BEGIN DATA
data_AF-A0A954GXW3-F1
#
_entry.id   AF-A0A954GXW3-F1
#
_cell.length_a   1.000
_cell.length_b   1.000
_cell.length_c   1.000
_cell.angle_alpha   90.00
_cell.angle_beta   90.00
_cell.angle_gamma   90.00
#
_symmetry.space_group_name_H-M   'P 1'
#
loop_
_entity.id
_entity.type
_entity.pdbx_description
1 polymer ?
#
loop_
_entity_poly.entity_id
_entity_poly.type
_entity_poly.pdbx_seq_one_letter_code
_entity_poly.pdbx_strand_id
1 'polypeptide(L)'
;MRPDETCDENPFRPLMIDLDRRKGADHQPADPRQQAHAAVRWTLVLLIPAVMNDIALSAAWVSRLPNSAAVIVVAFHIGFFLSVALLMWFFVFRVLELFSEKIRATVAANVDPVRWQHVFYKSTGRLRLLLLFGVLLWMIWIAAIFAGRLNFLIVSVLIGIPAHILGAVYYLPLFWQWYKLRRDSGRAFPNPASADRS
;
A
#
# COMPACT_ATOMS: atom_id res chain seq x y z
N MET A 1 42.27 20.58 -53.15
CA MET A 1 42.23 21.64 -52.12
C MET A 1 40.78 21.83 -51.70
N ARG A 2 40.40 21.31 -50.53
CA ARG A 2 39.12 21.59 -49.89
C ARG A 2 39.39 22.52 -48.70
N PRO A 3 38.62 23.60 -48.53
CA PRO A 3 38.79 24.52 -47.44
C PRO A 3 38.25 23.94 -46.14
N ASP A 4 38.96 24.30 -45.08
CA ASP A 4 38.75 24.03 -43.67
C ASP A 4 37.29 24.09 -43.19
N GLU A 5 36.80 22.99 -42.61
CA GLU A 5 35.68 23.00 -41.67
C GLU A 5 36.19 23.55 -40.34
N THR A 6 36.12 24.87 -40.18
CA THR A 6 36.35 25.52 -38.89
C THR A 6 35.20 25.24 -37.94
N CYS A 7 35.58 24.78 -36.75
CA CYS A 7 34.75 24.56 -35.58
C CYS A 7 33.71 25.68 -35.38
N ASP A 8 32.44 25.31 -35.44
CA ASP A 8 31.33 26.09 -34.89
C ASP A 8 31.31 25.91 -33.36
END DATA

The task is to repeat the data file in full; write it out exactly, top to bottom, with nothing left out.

data_AF-A0A954GXW3-F1
#
_entry.id   AF-A0A954GXW3-F1
#
_cell.length_a   1.000
_cell.length_b   1.000
_cell.length_c   1.000
_cell.angle_alpha   90.00
_cell.angle_beta   90.00
_cell.angle_gamma   90.00
#
_symmetry.space_group_name_H-M   'P 1'
#
loop_
_entity.id
_entity.type
_entity.pdbx_description
1 polymer ?
#
loop_
_entity_poly.entity_id
_entity_poly.type
_entity_poly.pdbx_seq_one_letter_code
_entity_poly.pdbx_strand_id
1 'polypeptide(L)'
;MRPDETCDENPFRPLMIDLDRRKGADHQPADPRQQAHAAVRWTLVLLIPAVMNDIALSAAWVSRLPNSAAVIVVAFHIGFFLSVALLMWFFVFRVLELFSEKIRATVAANVDPVRWQHVFYKSTGRLRLLLLFGVLLWMIWIAAIFAGRLNFLIVSVLIGIPAHILGAVYYLPLFWQWYKLRRDSGRAFPNPASADRS
;
A
#
# COMPACT_ATOMS: atom_id res chain seq x y z
N MET A 1 42.27 20.58 -53.15
CA MET A 1 42.23 21.64 -52.12
C MET A 1 40.78 21.83 -51.70
N ARG A 2 40.40 21.31 -50.53
CA ARG A 2 39.12 21.59 -49.89
C ARG A 2 39.39 22.52 -48.70
N PRO A 3 38.62 23.60 -48.53
CA PRO A 3 38.79 24.52 -47.44
C PRO A 3 38.25 23.94 -46.14
N ASP A 4 38.96 24.30 -45.08
CA ASP A 4 38.75 24.03 -43.67
C ASP A 4 37.29 24.09 -43.19
N GLU A 5 36.80 22.99 -42.61
CA GLU A 5 35.68 23.00 -41.67
C GLU A 5 36.19 23.55 -40.34
N THR A 6 36.12 24.87 -40.18
CA THR A 6 36.35 25.52 -38.89
C THR A 6 35.20 25.24 -37.94
N CYS A 7 35.58 24.78 -36.75
CA CYS A 7 34.75 24.56 -35.58
C CYS A 7 33.71 25.68 -35.38
N ASP A 8 32.44 25.31 -35.44
CA ASP A 8 31.33 26.09 -34.89
C ASP A 8 31.31 25.91 -33.36